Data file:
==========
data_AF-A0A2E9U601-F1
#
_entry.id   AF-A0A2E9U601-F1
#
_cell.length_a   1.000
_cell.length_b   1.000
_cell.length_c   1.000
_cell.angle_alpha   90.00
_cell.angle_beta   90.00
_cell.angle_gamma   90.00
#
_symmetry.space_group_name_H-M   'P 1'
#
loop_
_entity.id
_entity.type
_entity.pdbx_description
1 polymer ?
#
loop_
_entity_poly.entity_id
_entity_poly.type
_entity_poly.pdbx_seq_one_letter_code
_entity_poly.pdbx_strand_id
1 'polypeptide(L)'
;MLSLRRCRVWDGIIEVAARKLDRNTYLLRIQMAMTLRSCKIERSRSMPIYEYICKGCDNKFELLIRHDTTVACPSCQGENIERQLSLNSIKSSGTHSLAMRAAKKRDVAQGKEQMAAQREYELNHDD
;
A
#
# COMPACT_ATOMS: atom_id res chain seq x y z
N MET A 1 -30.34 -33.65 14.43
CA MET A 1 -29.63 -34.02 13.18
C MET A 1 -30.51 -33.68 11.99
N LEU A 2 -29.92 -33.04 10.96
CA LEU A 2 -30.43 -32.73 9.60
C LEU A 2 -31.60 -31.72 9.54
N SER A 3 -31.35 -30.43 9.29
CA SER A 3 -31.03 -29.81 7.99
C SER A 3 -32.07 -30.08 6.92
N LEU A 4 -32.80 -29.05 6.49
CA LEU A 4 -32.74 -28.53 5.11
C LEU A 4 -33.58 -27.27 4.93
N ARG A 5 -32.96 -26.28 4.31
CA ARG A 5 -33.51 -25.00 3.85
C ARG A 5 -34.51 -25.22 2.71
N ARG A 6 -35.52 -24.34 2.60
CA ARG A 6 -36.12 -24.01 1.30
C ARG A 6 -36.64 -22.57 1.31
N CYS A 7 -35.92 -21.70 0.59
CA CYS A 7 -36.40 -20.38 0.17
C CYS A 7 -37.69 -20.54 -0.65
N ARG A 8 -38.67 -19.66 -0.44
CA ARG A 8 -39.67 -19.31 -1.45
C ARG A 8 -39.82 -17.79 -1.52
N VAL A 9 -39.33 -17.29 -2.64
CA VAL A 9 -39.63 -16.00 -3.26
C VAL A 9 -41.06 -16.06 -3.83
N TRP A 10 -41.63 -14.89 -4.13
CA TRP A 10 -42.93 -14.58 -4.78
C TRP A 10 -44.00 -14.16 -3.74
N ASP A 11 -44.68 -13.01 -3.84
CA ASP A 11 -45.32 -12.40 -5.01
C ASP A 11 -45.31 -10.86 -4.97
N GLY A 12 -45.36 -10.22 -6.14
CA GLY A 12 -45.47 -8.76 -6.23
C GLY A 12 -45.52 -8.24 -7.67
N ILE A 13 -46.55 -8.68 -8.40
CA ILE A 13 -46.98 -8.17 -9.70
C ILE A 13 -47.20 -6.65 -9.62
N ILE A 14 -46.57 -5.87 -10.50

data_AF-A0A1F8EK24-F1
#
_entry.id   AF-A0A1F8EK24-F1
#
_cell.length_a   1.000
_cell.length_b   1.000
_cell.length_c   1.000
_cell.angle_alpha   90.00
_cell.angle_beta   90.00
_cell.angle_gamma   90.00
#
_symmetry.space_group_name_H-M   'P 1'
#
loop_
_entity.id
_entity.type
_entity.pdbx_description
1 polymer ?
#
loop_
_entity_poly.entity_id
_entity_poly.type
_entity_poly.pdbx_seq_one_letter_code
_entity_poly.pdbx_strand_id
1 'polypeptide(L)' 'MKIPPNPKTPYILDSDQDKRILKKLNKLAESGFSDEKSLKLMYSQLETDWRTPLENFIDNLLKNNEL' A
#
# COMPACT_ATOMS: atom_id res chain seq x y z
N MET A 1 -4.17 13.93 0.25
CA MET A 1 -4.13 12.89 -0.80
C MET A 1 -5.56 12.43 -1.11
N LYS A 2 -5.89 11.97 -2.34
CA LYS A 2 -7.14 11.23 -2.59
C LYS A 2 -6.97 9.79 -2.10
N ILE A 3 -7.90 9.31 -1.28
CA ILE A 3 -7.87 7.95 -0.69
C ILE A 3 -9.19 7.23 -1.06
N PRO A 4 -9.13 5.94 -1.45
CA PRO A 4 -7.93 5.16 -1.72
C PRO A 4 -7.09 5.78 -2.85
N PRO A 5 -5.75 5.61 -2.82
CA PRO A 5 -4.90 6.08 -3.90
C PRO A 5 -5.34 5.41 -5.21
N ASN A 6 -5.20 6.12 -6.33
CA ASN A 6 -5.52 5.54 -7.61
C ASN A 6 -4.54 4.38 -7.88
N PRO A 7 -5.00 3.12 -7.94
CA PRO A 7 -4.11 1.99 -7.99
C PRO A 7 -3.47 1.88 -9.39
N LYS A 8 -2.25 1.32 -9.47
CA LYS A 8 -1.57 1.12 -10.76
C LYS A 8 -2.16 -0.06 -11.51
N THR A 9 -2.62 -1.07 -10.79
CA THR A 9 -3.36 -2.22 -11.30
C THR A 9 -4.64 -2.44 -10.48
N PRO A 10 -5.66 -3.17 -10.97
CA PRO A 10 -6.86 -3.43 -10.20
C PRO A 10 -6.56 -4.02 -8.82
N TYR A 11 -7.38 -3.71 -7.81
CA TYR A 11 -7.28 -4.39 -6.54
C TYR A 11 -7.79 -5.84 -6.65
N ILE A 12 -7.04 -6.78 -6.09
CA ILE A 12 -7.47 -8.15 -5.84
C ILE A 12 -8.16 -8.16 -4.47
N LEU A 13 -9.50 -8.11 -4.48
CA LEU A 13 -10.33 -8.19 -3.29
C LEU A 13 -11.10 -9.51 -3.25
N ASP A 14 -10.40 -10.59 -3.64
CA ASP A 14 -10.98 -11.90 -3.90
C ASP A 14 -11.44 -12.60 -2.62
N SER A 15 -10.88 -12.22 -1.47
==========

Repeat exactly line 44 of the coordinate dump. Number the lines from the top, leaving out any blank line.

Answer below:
CA ARG A 5 -33.51 -25.00 3.85